It seems peace may finally have broken out in Burslem.
Fans’ groups who have been the bane of those in charge at the Vale have called a ceasefire.
Many of the objectives of the supporters who fought for change have now been realised.
Unpopular board members have gone or are going and many protesters have adopted a ‘wait and see’ policy with regards to the £8 million Blue Sky investment.
Mark Sims – the only man elected on to the board by a majority of shareholders at June’s EGM – has finally shown his hand.
He claims to never have been given enough financial information to have allowed him to make a decision on signing up to director’s guarantees and therefore won’t be joining the board.
Whatever the truth, it’s another loose end tied up and no great surprise given the amount of time that has elapsed since Sims was actually voted in.
Thus the utopian vision of a supporter-run club may be dead but the powers-that-be have offered an olive branch of sorts.
Through the Supporters’ Club, a fan-elected representative will be given a seat on the board – without having to sign up to a director’s financial liabilities.
If this happens, that would be the one positive from this whole messy civil war.
We have a great manager and a decent squad which has every chance of pushing for promotion.
I am sure everyone would agree that seeing an extra 1,000 plus fans on the home gate will be fantastic.
If we can harness the passion of those who worked for the Black and Gold group, North London Valiants and Starve ‘Em out and focus it on taking Vale forward then the supporter-base could be a genuine powerhouse for the club.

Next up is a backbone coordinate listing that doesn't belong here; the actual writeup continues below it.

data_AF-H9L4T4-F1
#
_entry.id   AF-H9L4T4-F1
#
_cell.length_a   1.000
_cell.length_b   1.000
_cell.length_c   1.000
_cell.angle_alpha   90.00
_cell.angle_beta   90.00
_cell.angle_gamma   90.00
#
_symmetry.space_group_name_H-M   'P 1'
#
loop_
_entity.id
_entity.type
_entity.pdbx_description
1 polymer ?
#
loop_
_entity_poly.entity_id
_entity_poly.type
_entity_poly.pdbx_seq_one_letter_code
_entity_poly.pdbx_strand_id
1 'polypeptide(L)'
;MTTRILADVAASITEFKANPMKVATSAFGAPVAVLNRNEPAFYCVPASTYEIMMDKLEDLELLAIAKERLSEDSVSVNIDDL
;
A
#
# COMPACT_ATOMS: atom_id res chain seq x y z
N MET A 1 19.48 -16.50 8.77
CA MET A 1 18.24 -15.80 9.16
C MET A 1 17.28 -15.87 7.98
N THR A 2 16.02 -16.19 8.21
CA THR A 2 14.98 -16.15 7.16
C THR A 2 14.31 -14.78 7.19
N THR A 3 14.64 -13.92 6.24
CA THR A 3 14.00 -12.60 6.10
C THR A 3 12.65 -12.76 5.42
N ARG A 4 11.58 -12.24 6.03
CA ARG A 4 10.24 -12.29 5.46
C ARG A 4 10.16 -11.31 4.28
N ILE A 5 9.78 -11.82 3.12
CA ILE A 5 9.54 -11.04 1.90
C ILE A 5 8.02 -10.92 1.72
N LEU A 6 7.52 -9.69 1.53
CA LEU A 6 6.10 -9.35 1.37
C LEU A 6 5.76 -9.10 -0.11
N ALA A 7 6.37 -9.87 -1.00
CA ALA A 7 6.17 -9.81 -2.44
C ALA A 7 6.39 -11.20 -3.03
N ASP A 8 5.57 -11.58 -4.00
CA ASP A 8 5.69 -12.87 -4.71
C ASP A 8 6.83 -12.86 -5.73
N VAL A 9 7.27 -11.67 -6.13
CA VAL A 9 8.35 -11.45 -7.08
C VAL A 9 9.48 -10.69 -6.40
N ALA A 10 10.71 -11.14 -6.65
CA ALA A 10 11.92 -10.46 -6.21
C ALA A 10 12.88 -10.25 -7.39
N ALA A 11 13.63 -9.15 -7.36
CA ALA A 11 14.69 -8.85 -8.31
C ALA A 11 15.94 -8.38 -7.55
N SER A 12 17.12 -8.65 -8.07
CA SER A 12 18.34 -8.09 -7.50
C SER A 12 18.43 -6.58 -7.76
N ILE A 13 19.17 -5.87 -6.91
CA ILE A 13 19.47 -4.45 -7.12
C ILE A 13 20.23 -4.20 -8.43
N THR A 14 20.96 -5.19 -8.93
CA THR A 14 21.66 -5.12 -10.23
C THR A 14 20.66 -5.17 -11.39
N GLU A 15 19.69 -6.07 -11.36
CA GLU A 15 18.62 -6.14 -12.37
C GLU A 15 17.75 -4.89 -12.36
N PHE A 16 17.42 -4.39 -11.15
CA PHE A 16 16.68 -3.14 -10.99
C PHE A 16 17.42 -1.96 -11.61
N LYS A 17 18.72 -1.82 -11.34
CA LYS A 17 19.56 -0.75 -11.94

I would also like to praise NLV for donating their remaining ‘fighting fund’ cash to the Sproson Statue Fund and the Supporters’ Club. It was a wonderful gesture.
But let’s not kid ourselves into thinking that all in the garden is suddenly rosy.
Make no mistake: This uneasy truce hinges on the board and chief executive’s ability to deliver on the promised investment and, crucially, to be open and honest with supporters.
Many questions remain over the details and timescale of the Blue Sky deal.
There are also those who are unhappy with the current make-up of the board and who see a conflict of interest with the club’s chief executive becoming a director.
Vale’s current regime needs to understand that they must take the rough with the smooth.
They must accept that they have made mistakes and stop being so defensive. A little humility would go a long way right now.
Supporters scrutinise what’s going on at the Vale because they care.
I would suggest that the moment they stop caring is the time that the club’s hierarchy should really start to worry.